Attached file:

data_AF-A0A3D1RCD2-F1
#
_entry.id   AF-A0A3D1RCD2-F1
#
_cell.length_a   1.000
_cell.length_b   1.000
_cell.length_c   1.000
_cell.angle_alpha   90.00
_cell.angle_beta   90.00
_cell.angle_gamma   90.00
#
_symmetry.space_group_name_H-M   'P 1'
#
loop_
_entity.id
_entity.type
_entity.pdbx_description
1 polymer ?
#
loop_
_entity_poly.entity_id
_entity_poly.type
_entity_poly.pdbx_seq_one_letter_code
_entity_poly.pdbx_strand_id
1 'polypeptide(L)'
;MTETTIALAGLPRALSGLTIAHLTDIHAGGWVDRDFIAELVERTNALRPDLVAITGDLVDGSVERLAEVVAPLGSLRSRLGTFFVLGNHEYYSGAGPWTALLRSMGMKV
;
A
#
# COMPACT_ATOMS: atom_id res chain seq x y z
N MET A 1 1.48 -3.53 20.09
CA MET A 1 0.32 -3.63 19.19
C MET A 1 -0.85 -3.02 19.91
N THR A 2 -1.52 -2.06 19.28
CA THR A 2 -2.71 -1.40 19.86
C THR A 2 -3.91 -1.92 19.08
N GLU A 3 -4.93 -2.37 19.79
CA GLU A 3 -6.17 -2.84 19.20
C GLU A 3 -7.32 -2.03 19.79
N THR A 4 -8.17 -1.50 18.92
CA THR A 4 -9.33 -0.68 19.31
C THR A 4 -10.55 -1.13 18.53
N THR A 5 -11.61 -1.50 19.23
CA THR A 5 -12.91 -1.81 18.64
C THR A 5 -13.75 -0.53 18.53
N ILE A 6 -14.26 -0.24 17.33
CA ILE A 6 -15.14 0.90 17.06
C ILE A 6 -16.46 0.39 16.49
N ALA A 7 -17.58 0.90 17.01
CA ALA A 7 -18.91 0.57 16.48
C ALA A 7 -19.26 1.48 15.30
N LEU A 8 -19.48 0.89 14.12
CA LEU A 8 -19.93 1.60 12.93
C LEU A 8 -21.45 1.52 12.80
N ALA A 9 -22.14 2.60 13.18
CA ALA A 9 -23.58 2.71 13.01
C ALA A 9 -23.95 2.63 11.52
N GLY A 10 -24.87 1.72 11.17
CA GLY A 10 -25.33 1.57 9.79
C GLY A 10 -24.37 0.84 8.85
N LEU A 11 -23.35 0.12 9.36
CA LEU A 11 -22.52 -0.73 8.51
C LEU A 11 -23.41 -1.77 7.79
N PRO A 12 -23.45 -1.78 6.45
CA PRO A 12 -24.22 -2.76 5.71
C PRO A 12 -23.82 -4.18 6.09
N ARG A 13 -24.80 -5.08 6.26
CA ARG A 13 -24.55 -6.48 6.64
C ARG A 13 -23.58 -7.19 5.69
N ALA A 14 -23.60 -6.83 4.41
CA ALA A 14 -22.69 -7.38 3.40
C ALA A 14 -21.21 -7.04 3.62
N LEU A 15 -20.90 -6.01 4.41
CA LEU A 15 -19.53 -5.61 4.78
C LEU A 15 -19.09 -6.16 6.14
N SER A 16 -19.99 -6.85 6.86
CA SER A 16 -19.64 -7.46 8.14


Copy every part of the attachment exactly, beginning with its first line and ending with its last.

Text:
data_AF-A0A3D1RCD2-F1
#
_entry.id   AF-A0A3D1RCD2-F1
#
_cell.length_a   1.000
_cell.length_b   1.000
_cell.length_c   1.000
_cell.angle_alpha   90.00
_cell.angle_beta   90.00
_cell.angle_gamma   90.00
#
_symmetry.space_group_name_H-M   'P 1'
#
loop_
_entity.id
_entity.type
_entity.pdbx_description
1 polymer ?
#
loop_
_entity_poly.entity_id
_entity_poly.type
_entity_poly.pdbx_seq_one_letter_code
_entity_poly.pdbx_strand_id
1 'polypeptide(L)'
;MTETTIALAGLPRALSGLTIAHLTDIHAGGWVDRDFIAELVERTNALRPDLVAITGDLVDGSVERLAEVVAPLGSLRSRLGTFFVLGNHEYYSGAGPWTALLRSMGMKV
;
A
#
# COMPACT_ATOMS: atom_id res chain seq x y z
N MET A 1 1.48 -3.53 20.09
CA MET A 1 0.32 -3.63 19.19
C MET A 1 -0.85 -3.02 19.91
N THR A 2 -1.52 -2.06 19.28
CA THR A 2 -2.71 -1.40 19.86
C THR A 2 -3.91 -1.92 19.08
N GLU A 3 -4.93 -2.37 19.79
CA GLU A 3 -6.17 -2.84 19.20
C GLU A 3 -7.32 -2.03 19.79
N THR A 4 -8.17 -1.50 18.92
CA THR A 4 -9.33 -0.68 19.31
C THR A 4 -10.55 -1.13 18.53
N THR A 5 -11.61 -1.50 19.23
CA THR A 5 -12.91 -1.81 18.64
C THR A 5 -13.75 -0.53 18.53
N ILE A 6 -14.26 -0.24 17.33
CA ILE A 6 -15.14 0.90 17.06
C ILE A 6 -16.46 0.39 16.49
N ALA A 7 -17.58 0.90 17.01
CA ALA A 7 -18.91 0.57 16.48
C ALA A 7 -19.26 1.48 15.30
N LEU A 8 -19.48 0.89 14.12
CA LEU A 8 -19.93 1.60 12.93
C LEU A 8 -21.45 1.52 12.80
N ALA A 9 -22.14 2.60 13.18
CA ALA A 9 -23.58 2.71 13.01
C ALA A 9 -23.95 2.63 11.52
N GLY A 10 -24.87 1.72 11.17
CA GLY A 10 -25.33 1.57 9.79
C GLY A 10 -24.37 0.84 8.85
N LEU A 11 -23.35 0.12 9.36
CA LEU A 11 -22.52 -0.73 8.51
C LEU A 11 -23.41 -1.77 7.79
N PRO A 12 -23.45 -1.78 6.45
CA PRO A 12 -24.22 -2.76 5.71
C PRO A 12 -23.82 -4.18 6.09
N ARG A 13 -24.80 -5.08 6.26
CA ARG A 13 -24.55 -6.48 6.64
C ARG A 13 -23.58 -7.19 5.69
N ALA A 14 -23.60 -6.83 4.41
CA ALA A 14 -22.69 -7.38 3.40
C ALA A 14 -21.21 -7.04 3.62
N LEU A 15 -20.90 -6.01 4.41
CA LEU A 15 -19.53 -5.61 4.78
C LEU A 15 -19.09 -6.16 6.14
N SER A 16 -19.99 -6.85 6.86
CA SER A 16 -19.64 -7.46 8.14